I’ve written a number of times about how I think the NCAA is an organization wherein everyone except the athletes make money. One of the points I’ve made is that the NCAA takes money from video game makers like Electronic Arts who use the likeness and mannerisms of players in their games. Until today the NCAA and the game manufacturers have never paid the players a penny for doing this. Until today.
If you purchase EA NCAA Football 2013 and load up, say the Texas A&M v. Missouri game you’ll see #2 leading the Aggies onto the field. The avatar bears a striking resemblance to Johnny Manziel. In the game #2 throws with his right hand and is a bit short for a quarterback. He runs a lot. He plays just like Johnny Manziel. The only real difference is the back of the jersey where you see just the #2, not the name Manziel.
The reason you didn’t see that name is because the video game companies figured if they left it off they wouldn’t owe Manziel, or any of the other players, money for using their likeness in the games. Those self-same video game companies do have pay to someone though, that someone is the NCAA. In fancy legalese designed to keep them from having to give money to the actual players they pay for the right to use the NCAA logo. Tricky, those lawyers. The NCAA has said they will terminate this agreement with the game manufactures once the current contract expires later this year.
Those who disagree with me will argue that the players get a scholarship and signed a contract in which they agreed not to collect money for the use of their likeness. If that is the case then why did EA and the NCAA just agree to pay $60 million to the people whose likeness was used from 2005 or 2003 to the present time. They fought and fought until the moment the case was headed to trial and then paid up.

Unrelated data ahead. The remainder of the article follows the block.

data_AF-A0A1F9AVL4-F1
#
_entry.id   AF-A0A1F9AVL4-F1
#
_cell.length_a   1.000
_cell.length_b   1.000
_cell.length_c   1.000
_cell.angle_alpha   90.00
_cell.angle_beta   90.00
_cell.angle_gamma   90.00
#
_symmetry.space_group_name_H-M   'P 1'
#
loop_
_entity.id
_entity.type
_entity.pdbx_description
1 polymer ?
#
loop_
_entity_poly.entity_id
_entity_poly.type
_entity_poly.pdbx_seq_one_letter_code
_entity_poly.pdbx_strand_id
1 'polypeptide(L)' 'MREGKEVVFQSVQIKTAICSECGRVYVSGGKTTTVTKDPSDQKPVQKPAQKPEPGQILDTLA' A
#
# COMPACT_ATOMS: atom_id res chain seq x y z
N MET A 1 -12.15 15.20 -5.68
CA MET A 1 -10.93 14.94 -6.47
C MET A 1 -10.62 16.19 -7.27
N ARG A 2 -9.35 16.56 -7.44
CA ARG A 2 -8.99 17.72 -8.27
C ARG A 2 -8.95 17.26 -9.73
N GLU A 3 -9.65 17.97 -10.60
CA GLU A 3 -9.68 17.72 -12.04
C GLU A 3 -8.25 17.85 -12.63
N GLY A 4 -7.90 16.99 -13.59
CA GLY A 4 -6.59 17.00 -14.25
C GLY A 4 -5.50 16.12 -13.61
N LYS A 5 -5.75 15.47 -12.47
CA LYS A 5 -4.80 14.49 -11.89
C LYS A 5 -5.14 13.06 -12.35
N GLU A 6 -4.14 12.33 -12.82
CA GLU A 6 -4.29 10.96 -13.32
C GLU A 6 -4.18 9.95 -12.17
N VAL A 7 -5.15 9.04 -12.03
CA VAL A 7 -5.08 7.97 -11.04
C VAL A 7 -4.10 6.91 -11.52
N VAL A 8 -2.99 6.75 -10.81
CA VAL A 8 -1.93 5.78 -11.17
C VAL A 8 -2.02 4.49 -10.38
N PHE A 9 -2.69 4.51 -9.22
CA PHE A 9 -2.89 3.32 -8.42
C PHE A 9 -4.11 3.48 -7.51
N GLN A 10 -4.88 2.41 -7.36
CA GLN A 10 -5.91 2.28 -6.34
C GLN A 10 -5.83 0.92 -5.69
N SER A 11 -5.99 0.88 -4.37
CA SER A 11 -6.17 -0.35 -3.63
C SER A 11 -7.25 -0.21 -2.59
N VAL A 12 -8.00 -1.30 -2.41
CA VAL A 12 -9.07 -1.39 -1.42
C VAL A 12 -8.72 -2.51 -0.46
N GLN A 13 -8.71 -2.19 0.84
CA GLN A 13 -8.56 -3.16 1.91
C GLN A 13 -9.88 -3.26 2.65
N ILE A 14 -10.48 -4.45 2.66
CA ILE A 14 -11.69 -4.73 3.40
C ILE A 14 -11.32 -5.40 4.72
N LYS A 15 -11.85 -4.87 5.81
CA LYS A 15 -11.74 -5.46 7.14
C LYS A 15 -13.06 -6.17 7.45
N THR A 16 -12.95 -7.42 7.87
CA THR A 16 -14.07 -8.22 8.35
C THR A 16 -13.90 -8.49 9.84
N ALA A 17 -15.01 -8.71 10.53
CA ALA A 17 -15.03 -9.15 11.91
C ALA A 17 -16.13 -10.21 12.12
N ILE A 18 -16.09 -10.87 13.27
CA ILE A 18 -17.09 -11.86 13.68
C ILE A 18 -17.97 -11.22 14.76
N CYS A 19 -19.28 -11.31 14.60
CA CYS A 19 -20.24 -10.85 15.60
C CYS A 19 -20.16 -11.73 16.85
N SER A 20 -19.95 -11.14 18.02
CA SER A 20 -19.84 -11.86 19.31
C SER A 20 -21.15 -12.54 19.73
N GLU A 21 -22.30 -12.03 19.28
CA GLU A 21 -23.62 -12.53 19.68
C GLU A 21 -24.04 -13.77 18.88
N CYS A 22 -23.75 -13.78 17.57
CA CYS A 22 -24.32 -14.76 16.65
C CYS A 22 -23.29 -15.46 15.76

There is another huge case on the dockets now filed by former UCLA basketball star Ed O’Bannion and there has been no settlement to date. That case argues the players have the right to sell their likeness directly to the video game makers. It’s a big one to say the least and I’ll be keeping my eye on it. But it’s not the point of today’s column.
Those who rail against today’s settlement argue that it will “ruin” college football. It will drive the game out of existence. I can’t categorically say this is wrong although I’m certain that it is incorrect. There is money to be made. Lots of money. If the NCAA, the media, the stadium builders, the broadcasters, the coaches, and everyone else has to give up a bit of that to pay the players they’ll do it. They might not like it, but they’ll do it. And the games will go on.
Either the doomsayers or right or I’m right. Time will tell.
As far as today’s settlement goes I have only this to say. About time.